Pearl Jam recorded the single because Eddie came across the 45 Single in a record store and loved. The band recorded it in 1998 and released it as a fan club single. It would later finally be put on the album  No Boundaries: A Benefit for the Kosovar Refugees to help support the refugees in the Kosovo War. Now Pearl Jam’s version has the drum more prevalent and the guitar is also front and center in their mix. There are no angelic female voices in the background acting as angels. Eddie’s vocals are very emotive and really solemn at times which fits the theme of the song. Pearl Jam’s version is actually a minute longer with an instrumental break and a lot of “aaahs and ooohs” by Eddie. It sticks to the basic map of the song but takes different roads.


I guess I need to give a verdict on the song and with much deliberation between the jury of me, myself and I, I am going to go with J. Franklin Wilson and the Cavaliers cover version from 1964. They edge it out for me as I really like Wilson’s vocals the best and the quicker tempo of the song. It barely edged out Wayne’s version only because I like Wilson’s vocals better. Pearl Jam’s version, although great, really loses some of the heart and complete utter devastation the song is trying to convey which is strange because Pearl Jam songs can be pretty freakin’ depressing and wasn’t that the whole point of grunge.

I am really interested in hearing what everyone else thinks of these two songs.  Let me know which version you like the best and why.  Feel free to leave a comment and talk about the song and tell me how right or wrong I am on this one.  Thanks for stopping by and I hope you all have a great day.


“Last Kiss”

Well, where, oh where can my baby be?
The Lord took her away from me
She's gone to heaven so I got to be good 
So I can see my baby when I leave this world

We were out on a date in my daddy's car
We hadn't driven very far
There in the road, straight ahead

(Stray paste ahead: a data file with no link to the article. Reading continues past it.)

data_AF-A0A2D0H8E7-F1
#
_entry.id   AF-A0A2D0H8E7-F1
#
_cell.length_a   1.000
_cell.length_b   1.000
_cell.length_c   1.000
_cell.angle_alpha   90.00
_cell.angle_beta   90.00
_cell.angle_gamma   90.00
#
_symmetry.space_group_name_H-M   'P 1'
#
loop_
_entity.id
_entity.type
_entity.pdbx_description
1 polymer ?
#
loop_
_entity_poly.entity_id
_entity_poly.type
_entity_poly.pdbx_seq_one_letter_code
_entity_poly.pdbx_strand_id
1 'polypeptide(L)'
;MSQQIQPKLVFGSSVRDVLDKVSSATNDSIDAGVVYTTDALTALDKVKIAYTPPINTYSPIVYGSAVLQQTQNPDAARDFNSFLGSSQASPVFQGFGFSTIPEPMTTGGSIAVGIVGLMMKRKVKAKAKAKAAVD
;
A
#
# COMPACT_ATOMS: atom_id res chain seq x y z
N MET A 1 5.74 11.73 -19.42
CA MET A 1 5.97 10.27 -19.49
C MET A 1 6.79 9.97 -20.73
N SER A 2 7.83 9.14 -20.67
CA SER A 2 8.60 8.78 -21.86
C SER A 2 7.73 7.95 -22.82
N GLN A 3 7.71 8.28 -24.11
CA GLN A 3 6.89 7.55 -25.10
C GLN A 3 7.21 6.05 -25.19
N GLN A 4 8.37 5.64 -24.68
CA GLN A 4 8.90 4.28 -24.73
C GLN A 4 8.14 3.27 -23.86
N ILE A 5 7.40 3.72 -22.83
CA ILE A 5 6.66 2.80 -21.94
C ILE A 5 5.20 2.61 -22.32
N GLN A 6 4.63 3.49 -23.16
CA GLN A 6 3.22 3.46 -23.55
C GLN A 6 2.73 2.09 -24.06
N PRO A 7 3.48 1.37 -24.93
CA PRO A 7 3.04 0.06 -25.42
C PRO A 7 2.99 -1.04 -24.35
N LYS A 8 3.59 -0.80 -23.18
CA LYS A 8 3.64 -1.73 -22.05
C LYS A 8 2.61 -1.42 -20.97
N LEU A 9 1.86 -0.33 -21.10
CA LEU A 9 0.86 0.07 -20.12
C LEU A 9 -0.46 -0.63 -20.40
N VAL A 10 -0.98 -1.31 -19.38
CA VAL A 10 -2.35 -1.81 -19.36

The car was stalled, the engine was dead
I couldn't stop, so I swerved to the right
Never forget the sound that night
The crying tires, the busting glass, the painful scream that I heard last

Well, where, oh where can my baby be?
The Lord took her away from me
She's gone to heaven so I got to be good 
So I can see my baby when I leave this world

Well when I woke up, the rain was pouring down
There were people standing all around
Something warm running in my eyes
But I found my baby somehow that night
I raised her head, and then she smiled and said
Hold me darling for a little while
I held her close, I kissed her, our last kiss
I found the love that I knew I would miss
But now she's gone, even though I hold her tight
I lost my love, my life
That night

Well, where, oh where can my baby be?
The Lord took her away from me
She's gone to heaven so I got to be good 
So I can see my baby when I leave this world

34 thoughts on “The Original vs. The Cover vs. The Cover – “Last Kiss”

  1. Great post👍and as a hard core Pearl Jam fan I can see where you are coming from. It is always difficult to compare original with cover, especially when the cover is «modernized» and bears little or no resemblance to original. Like Nirvana covering Shocking Blues Love Buzz, then again, to intepret and remake is also a marl of a good cover. Anyhow, Last Kiss is still a song performed regularly by Pearl Jam live, and it always makes the crowd sing along on the chorus, so I think Eddie Cochran would smile and approve that the song is still played and enjoyed by concert goers today.

    Liked by 3 people

      1. No. And this cover in particular is extra barf, lol It came out the summer my Dad and I re-did the roof at my Nona’s cottage. The only station we could get out there played this 4-5 times a day.

        Liked by 1 person

  2. I’ll go with J. Franklin Wilson and the Cavaliers…that is the one I have heard the most on oldies channels but I do like Pearl Jam’s version of it.

    Liked by 2 people

  3. Okay then, I’ll be the one that opts for Wayne Cochran’s (so too does Orville Peck, I bet). I like the overal vibe… and his vocal is just right.

    Liked by 2 people

  4. J frank is the original… think about that wrote the song for an event that happened in the future!! Um no…. 1964 wrote about what happened to them!!! I know this from the original members I am a daughter of one

    Liked by 1 person